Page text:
• A smaller plastic pot with holes to serve as the reservoir.
  • Lastly, you’ll need a large container without holes to serve as the ‘pond’ base that has enough space for your plants to grow and eventually reproduce. This is something to look forward to!
  • You may also want to add some river stones and other compatible décor items to your bog garden.
bog in a bucket, Predator plant, Life is a garden, plant predator month, carnivorous plants, exotic, indigenous plants, greenery, colours, pitcher plants, Venus flytrap, flytrap, gardening, February, Gardening
bog in a bucket, Predator plant, Life is a garden, plant predator month, carnivorous plants, exotic, indigenous plants, greenery, colours, pitcher plants, Venus flytrap, flytrap, gardening, February, Gardening

Assembling your bog bucket

There are several ways to go about assembling the overall look and style of your bog. We recommend starting with a thick layer of pebbles, then placing your small reservoir bucket in the centre, followed by your blended soil medium. Transplant your carnivores carefully around the centre reservoir and water well. 

 

Be sure to consult our Predator Month Botanical Boss article to get your important carnivorous FAQs answered here: Botanical Boss

Also check out what our experts from Jozi Carnivores have to say about successfully homing predators here: Incredible carnivores with roots

bog in a bucket, Predator plant, Life is a garden, plant predator month, carnivorous plants, exotic, indigenous plants, greenery, colours, pitcher plants, Venus flytrap, flytrap, gardening, February, Gardening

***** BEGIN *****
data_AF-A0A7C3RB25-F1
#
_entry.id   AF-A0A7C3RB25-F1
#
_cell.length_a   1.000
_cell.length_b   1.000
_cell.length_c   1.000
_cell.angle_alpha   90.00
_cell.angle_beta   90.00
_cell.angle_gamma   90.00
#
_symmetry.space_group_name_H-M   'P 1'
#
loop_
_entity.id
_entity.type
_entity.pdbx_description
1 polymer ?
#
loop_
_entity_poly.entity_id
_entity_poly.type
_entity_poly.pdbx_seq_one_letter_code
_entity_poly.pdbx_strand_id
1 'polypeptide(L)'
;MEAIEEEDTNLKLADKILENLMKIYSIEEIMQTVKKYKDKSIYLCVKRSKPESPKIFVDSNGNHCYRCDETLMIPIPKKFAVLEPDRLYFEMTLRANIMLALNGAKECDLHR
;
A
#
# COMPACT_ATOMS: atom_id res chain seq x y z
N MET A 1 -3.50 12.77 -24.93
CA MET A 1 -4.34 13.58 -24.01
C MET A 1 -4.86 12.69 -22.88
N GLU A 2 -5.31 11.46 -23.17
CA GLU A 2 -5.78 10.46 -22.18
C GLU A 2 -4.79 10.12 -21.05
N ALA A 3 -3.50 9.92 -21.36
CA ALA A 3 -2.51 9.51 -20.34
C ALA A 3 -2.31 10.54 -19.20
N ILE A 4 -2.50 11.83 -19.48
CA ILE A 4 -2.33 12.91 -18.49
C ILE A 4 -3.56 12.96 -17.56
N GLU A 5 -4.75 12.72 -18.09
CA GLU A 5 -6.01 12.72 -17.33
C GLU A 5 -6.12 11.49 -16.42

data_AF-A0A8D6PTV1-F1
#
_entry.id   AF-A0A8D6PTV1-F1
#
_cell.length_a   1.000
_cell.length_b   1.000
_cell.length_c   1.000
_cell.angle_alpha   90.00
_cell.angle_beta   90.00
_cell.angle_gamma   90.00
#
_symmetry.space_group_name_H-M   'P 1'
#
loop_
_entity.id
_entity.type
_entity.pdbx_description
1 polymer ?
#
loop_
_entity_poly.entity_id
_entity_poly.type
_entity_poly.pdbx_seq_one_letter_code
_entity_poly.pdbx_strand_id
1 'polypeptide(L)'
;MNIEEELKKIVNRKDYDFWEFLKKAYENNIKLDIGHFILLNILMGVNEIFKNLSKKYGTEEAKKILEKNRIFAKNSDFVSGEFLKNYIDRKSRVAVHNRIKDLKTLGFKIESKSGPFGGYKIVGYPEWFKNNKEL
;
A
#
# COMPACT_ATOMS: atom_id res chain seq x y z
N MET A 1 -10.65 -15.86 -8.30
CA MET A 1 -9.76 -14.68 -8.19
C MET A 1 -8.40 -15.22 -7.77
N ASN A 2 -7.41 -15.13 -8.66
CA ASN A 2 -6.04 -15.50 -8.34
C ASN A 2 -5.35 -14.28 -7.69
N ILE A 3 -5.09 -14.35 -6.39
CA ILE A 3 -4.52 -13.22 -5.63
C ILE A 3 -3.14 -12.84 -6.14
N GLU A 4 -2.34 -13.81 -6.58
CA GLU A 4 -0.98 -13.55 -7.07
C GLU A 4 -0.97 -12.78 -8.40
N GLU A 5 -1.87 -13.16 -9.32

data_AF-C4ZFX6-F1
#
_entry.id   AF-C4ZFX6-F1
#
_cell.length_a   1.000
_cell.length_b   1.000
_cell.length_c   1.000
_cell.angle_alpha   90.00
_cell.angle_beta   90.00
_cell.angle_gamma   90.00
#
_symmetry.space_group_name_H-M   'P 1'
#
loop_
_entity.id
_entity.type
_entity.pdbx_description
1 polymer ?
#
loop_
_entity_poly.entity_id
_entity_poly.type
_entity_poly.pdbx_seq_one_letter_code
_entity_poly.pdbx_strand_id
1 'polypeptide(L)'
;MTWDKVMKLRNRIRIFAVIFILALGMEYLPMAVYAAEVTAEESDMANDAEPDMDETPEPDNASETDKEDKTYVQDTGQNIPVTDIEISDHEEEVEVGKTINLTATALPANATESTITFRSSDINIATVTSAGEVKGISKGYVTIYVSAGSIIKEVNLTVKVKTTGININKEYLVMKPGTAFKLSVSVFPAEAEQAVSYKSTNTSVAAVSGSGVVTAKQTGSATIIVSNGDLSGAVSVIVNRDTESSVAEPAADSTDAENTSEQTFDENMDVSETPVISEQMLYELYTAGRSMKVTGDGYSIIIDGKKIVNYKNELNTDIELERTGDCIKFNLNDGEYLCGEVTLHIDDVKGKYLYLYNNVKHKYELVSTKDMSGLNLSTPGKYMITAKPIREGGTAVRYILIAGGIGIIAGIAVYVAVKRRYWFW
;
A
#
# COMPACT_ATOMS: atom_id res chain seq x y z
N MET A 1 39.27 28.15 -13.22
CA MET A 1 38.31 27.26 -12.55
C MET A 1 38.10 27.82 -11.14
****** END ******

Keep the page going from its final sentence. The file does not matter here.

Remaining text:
bog in a bucket, Predator plant, Life is a garden, plant predator month, carnivorous plants, exotic, indigenous plants, greenery, colours, pitcher plants, Venus flytrap, flytrap, gardening, February, Gardening

New Year’s blues?

Starting a bog garden and adopting a couple of predators is an excellent strategy for improving mental health. The consistent care and attention to detail these plants need foster a close relationship with Mother Nature. In addition, gardening activates the right brain, which controls most of our emotions and creativity. A serotonin boost is also up for grabs and so too is the fulfilment of caring for another creature and connection to the natural world of which, we are all a part! 

Caring for a bog garden is a full-time job – but the best kind! Checking up on them daily, hunting for bugs, and monitoring the weather are all part of the fun and experience. A fully subversive hobby awaits those who have the time to research their plants well and get to know each one’s quirky personality and charm.

bog in a bucket, Predator plant, Life is a garden, plant predator month, carnivorous plants, exotic, indigenous plants, greenery, colours, pitcher plants, Venus flytrap, flytrap, gardening, February, Gardening
bog in a bucket, Predator plant, Life is a garden, plant predator month, carnivorous plants, exotic, indigenous plants, greenery, colours, pitcher plants, Venus flytrap, flytrap, gardening, February, Gardening

Share This: